13 May 2019

PI Insurance placement gets tougher

Marketing Team

Facing exacting questions at renewal is proving the order of the day for firms seeking to renew their Professional Indemnity (PI) cover, particularly for design and construction businesses. Brokers need to respond to this by being more alert than ever to the requirement to ask the pertinent questions to which insurers expect answers.

Acting in the client’s best interest entails gathering as much information about previous contracts handled by a company as possible. Brokers should be asking clients to go back through their files to examine past projects, including a review of materials and processes where appropriate, in the light of what happened at Grenfell Tower.

Terms offered by PI insurance markets have typically hardened as a result of the sizeable underwriting losses incurred and anticipated because of Grenfell. PI insurance policies operate by providing retrospective cover – covering projects in the past that have been handled by the insured – as well as cover for current-day projects and those being handled in the future. Professional errors leading to a claim can occur several years before they actually manifest themselves. Insurers are therefore keener than ever to know what work has been carried out in the past and to assess the risks these could carry, for example, understanding what type of cladding, façade and panelling materials were used.

Some insurers no longer have the appetite for PI risks, so have withdrawn from the market altogether. This is not surprising. Lloyd’s and London Markets made a £2bn loss in 2017 and PI was an underperforming class. One underwriter – Berkshire Hathaway – made its first loss in 15 years. Those insurers remaining are getting tougher on PI policyholders, by restricting cover, hiking premiums, increasing excesses or asking for elements of self-insurance.

Brokers who are being asked to place PI risks on behalf of construction companies, architects and consultants, need to be on their toes. They must provide insurers with the full picture, however unpalatable it may be, highlighting the retroactive date of the policy and what historic projects need to be covered.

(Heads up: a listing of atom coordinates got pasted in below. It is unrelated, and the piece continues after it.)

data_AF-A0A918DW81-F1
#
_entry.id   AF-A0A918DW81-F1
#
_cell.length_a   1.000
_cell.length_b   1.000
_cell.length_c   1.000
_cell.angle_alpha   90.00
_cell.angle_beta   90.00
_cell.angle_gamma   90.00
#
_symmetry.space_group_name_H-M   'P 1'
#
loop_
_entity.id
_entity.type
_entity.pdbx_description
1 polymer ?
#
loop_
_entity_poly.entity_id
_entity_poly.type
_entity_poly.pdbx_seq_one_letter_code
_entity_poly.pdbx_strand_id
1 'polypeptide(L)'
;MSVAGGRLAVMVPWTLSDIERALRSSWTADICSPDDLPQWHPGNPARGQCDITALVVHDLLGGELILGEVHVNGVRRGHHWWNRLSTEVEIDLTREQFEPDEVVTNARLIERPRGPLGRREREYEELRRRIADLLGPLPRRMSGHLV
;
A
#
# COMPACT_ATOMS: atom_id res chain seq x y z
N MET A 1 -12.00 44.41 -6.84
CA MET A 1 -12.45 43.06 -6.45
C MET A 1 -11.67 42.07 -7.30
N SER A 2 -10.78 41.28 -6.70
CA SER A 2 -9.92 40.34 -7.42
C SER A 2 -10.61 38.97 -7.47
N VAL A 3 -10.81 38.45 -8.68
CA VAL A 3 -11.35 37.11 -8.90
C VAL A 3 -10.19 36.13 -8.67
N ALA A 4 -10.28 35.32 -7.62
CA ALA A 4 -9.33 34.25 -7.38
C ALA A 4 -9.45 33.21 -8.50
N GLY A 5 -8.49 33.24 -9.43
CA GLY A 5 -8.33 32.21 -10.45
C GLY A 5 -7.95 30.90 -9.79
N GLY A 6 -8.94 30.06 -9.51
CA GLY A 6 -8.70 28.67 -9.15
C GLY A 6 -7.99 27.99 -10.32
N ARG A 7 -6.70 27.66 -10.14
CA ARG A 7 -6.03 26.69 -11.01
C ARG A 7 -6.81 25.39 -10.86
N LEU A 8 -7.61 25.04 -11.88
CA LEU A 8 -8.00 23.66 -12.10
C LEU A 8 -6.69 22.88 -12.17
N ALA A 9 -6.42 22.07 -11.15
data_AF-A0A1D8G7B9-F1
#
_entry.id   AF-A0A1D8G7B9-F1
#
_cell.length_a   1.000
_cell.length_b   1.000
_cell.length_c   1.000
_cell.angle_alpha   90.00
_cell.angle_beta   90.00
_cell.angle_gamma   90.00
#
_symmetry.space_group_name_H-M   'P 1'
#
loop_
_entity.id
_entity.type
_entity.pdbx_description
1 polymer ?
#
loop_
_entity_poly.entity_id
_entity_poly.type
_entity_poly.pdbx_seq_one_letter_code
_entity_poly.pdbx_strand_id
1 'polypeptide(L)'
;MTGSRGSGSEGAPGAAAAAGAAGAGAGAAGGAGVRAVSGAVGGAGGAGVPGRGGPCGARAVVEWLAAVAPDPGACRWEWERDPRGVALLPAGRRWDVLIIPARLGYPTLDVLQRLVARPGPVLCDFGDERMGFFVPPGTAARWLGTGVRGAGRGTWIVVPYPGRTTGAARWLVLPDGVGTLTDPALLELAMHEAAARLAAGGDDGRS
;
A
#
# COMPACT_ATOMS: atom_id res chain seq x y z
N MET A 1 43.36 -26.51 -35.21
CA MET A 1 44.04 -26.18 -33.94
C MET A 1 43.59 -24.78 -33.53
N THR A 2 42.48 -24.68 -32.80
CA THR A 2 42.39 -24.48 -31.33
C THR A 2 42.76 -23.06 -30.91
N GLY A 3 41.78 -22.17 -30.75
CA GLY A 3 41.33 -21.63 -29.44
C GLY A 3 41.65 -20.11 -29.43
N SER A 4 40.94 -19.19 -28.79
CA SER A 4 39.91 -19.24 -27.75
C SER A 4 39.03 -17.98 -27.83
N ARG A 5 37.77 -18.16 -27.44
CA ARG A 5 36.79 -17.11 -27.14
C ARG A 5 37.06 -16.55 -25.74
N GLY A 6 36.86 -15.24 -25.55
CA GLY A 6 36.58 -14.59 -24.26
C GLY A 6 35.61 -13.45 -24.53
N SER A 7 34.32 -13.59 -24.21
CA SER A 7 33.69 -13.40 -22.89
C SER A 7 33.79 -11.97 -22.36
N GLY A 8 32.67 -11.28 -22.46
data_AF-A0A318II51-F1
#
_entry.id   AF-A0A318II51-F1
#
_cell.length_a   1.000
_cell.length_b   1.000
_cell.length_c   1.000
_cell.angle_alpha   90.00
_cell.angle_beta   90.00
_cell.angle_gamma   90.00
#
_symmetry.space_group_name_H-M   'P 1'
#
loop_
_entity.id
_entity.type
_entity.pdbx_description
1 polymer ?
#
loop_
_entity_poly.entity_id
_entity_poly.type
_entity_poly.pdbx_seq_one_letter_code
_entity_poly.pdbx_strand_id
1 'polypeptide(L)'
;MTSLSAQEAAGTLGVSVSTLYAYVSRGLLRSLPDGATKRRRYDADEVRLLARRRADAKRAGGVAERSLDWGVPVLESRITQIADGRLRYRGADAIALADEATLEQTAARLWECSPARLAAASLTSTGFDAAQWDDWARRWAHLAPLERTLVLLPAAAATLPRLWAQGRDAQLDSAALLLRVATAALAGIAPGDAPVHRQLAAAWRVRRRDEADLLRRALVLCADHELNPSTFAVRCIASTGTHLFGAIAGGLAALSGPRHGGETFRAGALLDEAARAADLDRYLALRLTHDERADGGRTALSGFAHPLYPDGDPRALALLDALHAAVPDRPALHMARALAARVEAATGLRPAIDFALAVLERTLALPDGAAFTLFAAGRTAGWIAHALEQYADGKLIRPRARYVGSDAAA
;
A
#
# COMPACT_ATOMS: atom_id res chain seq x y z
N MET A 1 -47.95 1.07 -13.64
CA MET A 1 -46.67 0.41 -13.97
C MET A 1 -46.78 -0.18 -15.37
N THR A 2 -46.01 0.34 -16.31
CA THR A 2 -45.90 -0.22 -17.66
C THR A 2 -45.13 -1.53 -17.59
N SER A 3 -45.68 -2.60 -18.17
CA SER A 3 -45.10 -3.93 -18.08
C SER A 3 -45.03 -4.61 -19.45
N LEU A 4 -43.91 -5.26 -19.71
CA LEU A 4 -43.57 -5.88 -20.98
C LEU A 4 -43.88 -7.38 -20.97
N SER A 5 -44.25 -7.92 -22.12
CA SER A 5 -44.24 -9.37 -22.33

Naturally, insurers are nervous about large claims appearing on the horizon. They are even asking brokers to go back 15 years – not the typical five or ten – declaring all material facts relating to projects carried out in the past, on which their clients could have offered advice, design specifications, inspection or supervisory services, or consultation.

Insurers want to see that businesses have systematically audited previous installations, to ascertain what they used in the past does not now present a fire risk. They also wish to reassure themselves that buildings such as schools, hospitals and commercial premises – and not just high-rise residential tower blocks – are not at an increased risk.

Furthermore, insurers need to know whether or not the proposed insured has been asked to remove any potentially dangerous materials from any sites, or whether any concerns have ever been raised about materials used in the past.
Both clients and brokers need to be giving themselves a long lead-time to deal with a PI renewal, as renewing a policy or finding a new insurer to take one on could easily take two to three months with all the additional information required to be sourced and provided. Whilst much of the spotlight is on the construction world, others looking for PI cover such as lawyers and accountants, also need to get in contact with their broker some way ahead of the date from which they require cover, or when a policy is due to be renewed, for the same reasons.

Not declaring material facts relating to a risk could land a client in serious financial trouble. Any circumstances known at the inception of a policy, undeclared to the insurer, can result in a claim being refused. It is also essential to get the retroactive date right, as any claims arising from work carried out, or advice given before that date will also be turned down. From our data analysis, the average time it takes for an error to be discovered is 1171 days, but some errors go back much further.

Over a third of claims result from errors made by third parties, so the audit of what has happened in the past needs to cover the actions and materials choices of sub-contractors who carried out work in the main contractor’s name.

Having a broker assist by probing and asking the right questions is probably vital for many who are seeking PI cover in the construction and design sectors. Contact us now to find out more about how we can ensure you get the correct cover to meet your requirements.

Sources:
Willis Towers Watson PI Flyer: Property Cladding
Willis Towers Watson PI Webinar – Construction Professional Indemnity Insurance, January 2019, A Brief Guide

FPS482

Share this article